Markets Make Fools of Us All
As the Dow Jones Industrial Average advanced further above 10,000 yesterday, gold slipped back below $1,200 an ounce. We are not exactly sure what we think about the stock market’s resurgence – or about gold’s retreat – but we are pretty sure what we do NOT think.
We do not think stocks have vaulted into a new bullish trend; nor do we think gold has slumped into a new bearish trend. Rather, the recent moves feel like short-term, counter-trend noise. This noise might last a few weeks, but we would not mistake it for music.
That said, the financial markets could not care less what we say. The financial markets do not even care what Alan Greenspan or Abby Joseph Cohen say. In fact, the financial markets seem to delight in making fools out of sages. For more than a decade, the markets have made a fool out of the conventional “wisdom” that stocks are for buying and holding. During the last eleven and a half years, for example, the S&P 500 Index has delivered a total return of exactly zero.
The markets have also made a fool out of the conventional wisdom that gold is a barbarous relic – a monetary artifact. During the identical eleven and a half-year period when stocks were busy doing nothing, the gold price quadrupled!
Despite these shockingly contrary investment results, the conventional wisdom remains almost as foolish as ever. Gold is still nothing more than a “trading vehicle,” according to Wall Street’s professional sages, and stocks are still the greatest investment asset ever devised by Man. We would not dare to argue with the sages (they are sages after all), but we would point out that economic systems are as susceptible to entropy as natural systems. In other words, economies sometimes breakdown, either partially or completely.
In the natural realm, the Second Law of Thermodynamics asserts that systems tend toward greater entropy, or disorder. In the economic realm, a similar principal pertains, except that the agents of entropy usually go by the title of “Senator,” “Treasury Secretary” or “Federal Reserve Chairman.”
Here in the American economic system, private enterprises are doing their darnedest to prosper. But at the same time, public institutions are doing their darnedest to roadblock the paths to prosperity. In the name of “stimulating the economy,” the Senators are ramping up taxation and deficit-spending, while the Treasury Secretaries are handing out taxpayer money to their friends on Wall Street, without ever asking for the taxpayers’ permission.
In the midst of the resulting entropy, what’s a Federal Reserve Chairman to do? He didn’t authorize the hundred-billion-dollar bailouts and he didn’t vote for the trillion-dollar budget deficits. Nevertheless, he’s the one who’s supposed to clean up the mess. He’s the one who’s supposed to devise and direct a monetary policy that counteracts the ill effects of our nation’s reckless fiscal policy.
Can’t be done.
America is spending trillions of dollars it does not have. She is promising to spend tens of trillions more over the next few years. She won’t have that money either. But Ben Bernanke has it…and we expect him to spend it. As economic conditions worsen – or fail to improve – and as America’s fiscal condition deteriorates, Helicopter Ben is likely to fly to the rescue with a variety of “policy responses” that will all amount to the same thing: dollar-printing. We don’t blame Ben. What else can he do? He did not create the mess and no mortal can clean it up. But a printing press might help…at least for a while.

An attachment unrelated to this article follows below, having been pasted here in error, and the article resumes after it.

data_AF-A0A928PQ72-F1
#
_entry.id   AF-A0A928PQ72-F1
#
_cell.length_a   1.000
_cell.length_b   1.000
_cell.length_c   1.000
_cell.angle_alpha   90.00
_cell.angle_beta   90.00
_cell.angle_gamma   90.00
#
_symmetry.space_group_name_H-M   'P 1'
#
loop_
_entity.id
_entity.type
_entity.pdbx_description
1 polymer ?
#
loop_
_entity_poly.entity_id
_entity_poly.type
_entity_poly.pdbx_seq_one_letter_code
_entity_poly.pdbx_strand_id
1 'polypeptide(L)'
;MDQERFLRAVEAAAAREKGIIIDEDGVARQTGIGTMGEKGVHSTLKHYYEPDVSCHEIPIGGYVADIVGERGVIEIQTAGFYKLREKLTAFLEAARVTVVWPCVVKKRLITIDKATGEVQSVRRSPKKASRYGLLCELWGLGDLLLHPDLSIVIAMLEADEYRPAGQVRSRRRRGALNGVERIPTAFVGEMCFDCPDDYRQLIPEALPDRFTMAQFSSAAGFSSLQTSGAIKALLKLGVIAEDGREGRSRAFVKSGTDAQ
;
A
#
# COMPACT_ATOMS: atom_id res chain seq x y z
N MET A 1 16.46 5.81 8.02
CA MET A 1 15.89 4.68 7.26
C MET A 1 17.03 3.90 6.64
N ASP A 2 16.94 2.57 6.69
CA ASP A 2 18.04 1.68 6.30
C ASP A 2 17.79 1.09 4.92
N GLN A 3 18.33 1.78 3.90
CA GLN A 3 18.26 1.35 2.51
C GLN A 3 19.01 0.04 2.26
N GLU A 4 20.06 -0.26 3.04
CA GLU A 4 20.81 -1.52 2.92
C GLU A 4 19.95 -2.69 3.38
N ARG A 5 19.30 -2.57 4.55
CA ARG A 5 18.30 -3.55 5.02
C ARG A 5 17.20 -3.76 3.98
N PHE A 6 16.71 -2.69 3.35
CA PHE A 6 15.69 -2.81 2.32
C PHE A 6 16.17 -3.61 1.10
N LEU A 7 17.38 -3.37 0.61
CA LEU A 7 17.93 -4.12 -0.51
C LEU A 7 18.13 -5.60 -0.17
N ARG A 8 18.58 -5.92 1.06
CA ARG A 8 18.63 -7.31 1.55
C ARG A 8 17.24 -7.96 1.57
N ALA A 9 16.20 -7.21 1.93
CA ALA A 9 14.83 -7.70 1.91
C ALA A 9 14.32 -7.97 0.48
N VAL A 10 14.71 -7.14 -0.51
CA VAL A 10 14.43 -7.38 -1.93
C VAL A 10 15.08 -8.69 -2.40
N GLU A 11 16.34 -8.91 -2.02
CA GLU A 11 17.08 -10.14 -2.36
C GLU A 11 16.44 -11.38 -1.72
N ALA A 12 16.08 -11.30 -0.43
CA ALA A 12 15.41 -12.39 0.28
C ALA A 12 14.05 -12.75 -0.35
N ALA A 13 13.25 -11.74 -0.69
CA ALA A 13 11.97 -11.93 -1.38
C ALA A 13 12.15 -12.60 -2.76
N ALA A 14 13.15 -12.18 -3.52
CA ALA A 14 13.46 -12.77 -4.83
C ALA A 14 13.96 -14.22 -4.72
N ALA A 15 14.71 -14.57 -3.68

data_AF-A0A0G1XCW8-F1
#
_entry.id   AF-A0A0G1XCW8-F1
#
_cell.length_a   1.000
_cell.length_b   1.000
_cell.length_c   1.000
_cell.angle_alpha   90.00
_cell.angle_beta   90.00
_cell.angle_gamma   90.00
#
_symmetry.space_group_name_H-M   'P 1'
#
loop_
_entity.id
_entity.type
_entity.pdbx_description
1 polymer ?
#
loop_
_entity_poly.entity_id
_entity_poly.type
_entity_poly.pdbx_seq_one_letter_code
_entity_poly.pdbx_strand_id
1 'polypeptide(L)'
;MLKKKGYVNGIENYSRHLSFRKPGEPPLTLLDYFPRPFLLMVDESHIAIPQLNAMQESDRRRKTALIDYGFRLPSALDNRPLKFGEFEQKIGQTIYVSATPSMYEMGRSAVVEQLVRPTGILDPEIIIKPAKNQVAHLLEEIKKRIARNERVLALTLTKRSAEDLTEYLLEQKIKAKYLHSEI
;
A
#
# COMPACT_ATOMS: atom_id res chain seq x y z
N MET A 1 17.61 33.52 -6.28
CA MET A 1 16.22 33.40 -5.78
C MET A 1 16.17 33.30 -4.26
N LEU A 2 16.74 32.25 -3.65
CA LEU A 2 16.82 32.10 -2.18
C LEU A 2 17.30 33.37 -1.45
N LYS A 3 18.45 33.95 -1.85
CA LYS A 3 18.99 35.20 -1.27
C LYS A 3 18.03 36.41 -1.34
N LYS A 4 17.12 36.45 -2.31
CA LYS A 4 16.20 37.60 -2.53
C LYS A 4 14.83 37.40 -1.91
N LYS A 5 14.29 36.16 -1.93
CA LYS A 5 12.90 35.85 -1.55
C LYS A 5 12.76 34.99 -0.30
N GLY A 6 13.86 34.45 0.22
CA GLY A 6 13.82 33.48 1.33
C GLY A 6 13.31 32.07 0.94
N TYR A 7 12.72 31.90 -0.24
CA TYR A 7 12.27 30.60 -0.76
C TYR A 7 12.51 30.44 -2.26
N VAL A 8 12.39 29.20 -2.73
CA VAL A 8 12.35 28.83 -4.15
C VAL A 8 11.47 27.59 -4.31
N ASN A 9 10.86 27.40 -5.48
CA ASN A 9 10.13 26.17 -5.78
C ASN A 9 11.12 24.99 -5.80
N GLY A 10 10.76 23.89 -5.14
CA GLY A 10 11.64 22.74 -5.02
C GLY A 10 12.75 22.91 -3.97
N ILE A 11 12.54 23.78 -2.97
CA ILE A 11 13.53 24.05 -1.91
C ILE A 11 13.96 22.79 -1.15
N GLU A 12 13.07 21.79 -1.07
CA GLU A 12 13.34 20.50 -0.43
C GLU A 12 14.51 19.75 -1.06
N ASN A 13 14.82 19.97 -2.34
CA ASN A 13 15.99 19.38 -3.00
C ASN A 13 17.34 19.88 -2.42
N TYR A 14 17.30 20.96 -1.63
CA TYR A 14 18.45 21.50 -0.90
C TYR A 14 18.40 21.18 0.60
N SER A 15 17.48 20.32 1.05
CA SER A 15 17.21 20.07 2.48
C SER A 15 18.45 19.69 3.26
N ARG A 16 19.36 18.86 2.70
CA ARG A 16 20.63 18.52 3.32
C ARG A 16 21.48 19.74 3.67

We don’t make the rules, dear reader; we just try to remember them. And as we remember that economic systems tend toward randomness, we should also remember not to forgot to buy some gold along the way.
“I am bullish on gold,” declares Rick Rule, a serially successful investor in gold mining companies. “I’m bearish on social promises, and as a consequence, bearish on currencies. I suspect that in the near term gold will do well, because it won’t go down. Then gold will start to do well because people will perceive it as going up, rather than merely holding its own in terms of purchasing power.
“I came of age in investing in the ’70s – a great gold bull market,” Rule continues. “Beginning about 1978, when gold began its hyperbolic rise, it was going up from both ‘greed buyers’ and ‘fear buyers.’ I’m a fear buyer of gold; I buy it as catastrophe insurance. What happened at the beginning of 1978 was that the fear buyers would buy it, creating momentum that caused the greed buyers to step in.
“The uptick then reinforced the fear of the fear buyers, and there was this sort of ‘stereo buying’ in gold that caused a true hysteria – taking the gold price from $400 to the $850 blow-off. It wouldn’t surprise me to see the same set of circumstances take place in the next two or three years.”
It’s hard to say whether fear or greed or “stereo buying” is driving the demand for US Gold Eagles. But whatever the primum movens, demand for all types of gold coinage is soaring.
The US Mint’s authorized dealers ordered 97,000 US Gold Eagles in June. That’s down from May’s stratospheric figure, but still one of the strongest months this year. That’s also an impressive quantity when you consider that June was the first month this year the Mint offered fractional (half-ounce, quarter-ounce, and one-tenth ounce) Eagles.
Sales of Silver Eagles topped three million – the fourth time that’s happened this year. (It happened only once in 2009.) Therefore, based on sales for the first half of the year, total sales for 2010 should set another record…easily.
If precious metals prices continue climbing, as Rick Rule expects, the buyers of bullion coins would have plenty of opportunities to pat themselves on the back.